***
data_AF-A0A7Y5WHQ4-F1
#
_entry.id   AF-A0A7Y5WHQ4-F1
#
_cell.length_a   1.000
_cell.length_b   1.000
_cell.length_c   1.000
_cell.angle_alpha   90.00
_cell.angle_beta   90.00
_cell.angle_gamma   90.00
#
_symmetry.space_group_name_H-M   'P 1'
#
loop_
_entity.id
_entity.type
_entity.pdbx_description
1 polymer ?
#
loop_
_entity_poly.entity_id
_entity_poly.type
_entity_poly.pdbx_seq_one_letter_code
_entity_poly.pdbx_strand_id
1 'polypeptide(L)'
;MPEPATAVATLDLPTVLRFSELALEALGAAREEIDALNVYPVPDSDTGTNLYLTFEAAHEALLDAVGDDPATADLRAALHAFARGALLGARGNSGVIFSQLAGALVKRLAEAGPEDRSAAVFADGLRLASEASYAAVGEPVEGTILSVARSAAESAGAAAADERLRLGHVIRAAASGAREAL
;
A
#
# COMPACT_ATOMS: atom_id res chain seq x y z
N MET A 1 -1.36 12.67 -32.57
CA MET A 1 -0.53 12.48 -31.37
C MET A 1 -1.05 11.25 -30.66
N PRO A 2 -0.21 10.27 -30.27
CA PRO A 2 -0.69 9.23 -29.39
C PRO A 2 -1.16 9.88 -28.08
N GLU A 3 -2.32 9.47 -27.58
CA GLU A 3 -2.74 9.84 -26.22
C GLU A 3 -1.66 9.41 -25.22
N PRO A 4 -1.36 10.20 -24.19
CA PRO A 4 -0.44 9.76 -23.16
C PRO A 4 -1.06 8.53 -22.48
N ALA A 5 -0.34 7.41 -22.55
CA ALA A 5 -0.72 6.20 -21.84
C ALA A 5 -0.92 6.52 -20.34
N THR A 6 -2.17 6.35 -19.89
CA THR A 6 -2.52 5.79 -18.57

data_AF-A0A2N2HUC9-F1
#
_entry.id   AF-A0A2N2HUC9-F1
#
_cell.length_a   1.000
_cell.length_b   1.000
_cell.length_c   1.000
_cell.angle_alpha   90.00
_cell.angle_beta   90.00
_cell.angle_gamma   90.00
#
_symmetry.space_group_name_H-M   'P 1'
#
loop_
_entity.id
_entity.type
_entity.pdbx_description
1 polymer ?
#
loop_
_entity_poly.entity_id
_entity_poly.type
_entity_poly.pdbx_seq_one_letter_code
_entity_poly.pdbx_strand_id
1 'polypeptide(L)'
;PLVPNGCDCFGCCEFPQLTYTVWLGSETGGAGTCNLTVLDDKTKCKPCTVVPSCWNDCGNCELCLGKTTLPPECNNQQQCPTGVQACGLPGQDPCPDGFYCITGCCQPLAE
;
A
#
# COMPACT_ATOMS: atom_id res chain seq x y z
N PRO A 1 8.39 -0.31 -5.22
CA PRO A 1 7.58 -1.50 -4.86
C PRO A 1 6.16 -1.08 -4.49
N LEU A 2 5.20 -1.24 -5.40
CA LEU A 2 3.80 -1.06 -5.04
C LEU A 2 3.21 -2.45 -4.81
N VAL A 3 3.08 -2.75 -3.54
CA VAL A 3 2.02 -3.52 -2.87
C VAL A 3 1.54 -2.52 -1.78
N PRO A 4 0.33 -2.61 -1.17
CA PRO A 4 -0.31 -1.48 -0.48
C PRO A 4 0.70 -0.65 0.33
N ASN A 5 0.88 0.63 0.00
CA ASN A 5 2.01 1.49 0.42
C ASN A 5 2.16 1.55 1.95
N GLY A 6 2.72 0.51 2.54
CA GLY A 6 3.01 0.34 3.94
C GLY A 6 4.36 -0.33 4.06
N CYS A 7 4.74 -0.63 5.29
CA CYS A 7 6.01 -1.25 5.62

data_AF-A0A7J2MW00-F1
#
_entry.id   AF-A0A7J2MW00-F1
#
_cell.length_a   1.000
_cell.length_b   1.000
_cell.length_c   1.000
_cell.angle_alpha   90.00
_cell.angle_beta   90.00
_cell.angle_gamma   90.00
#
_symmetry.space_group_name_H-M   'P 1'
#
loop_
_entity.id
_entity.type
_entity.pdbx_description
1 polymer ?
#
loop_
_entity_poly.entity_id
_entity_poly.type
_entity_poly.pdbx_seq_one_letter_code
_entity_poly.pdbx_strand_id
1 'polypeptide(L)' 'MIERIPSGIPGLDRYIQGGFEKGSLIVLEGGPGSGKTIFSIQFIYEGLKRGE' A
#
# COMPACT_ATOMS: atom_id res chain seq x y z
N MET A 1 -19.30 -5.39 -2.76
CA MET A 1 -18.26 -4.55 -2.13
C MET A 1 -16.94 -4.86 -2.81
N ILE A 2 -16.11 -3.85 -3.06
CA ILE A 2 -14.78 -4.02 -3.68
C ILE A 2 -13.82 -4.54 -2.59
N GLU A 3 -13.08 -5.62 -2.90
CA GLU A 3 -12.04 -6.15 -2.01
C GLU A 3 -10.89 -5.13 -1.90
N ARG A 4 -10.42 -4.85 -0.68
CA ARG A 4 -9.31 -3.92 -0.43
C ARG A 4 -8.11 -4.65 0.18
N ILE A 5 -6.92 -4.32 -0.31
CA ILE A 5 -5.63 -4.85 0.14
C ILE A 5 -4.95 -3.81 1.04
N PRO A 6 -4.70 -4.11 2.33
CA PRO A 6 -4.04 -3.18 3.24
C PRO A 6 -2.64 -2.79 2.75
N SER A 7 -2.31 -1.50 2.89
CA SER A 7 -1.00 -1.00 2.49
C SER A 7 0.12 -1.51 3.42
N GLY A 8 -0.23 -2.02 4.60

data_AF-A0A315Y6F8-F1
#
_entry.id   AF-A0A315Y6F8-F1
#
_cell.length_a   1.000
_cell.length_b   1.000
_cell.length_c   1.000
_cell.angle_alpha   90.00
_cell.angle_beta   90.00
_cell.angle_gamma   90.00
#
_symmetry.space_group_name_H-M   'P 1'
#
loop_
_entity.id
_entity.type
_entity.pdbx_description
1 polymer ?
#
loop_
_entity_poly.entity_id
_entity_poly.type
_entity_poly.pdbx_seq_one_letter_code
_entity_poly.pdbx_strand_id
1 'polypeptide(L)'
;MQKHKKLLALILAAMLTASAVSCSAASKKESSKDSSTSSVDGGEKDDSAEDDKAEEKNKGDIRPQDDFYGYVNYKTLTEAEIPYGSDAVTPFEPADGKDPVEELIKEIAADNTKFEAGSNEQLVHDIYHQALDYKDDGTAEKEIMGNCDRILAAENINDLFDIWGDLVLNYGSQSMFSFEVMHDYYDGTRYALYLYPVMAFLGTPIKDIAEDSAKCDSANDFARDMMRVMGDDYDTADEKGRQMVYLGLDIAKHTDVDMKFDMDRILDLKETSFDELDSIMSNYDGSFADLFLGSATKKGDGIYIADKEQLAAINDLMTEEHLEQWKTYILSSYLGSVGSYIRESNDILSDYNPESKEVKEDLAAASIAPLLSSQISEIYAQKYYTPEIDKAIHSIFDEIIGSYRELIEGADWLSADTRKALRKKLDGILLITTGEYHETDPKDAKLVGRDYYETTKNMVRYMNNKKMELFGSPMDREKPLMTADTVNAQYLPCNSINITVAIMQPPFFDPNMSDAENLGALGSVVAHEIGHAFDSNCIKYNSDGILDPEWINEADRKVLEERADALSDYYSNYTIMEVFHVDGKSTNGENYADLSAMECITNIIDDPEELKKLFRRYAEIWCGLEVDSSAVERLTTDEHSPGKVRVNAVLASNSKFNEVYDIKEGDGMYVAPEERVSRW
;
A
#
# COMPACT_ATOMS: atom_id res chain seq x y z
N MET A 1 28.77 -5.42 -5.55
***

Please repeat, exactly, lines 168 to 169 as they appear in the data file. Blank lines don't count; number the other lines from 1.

_entity_poly.type
_entity_poly.pdbx_seq_one_letter_code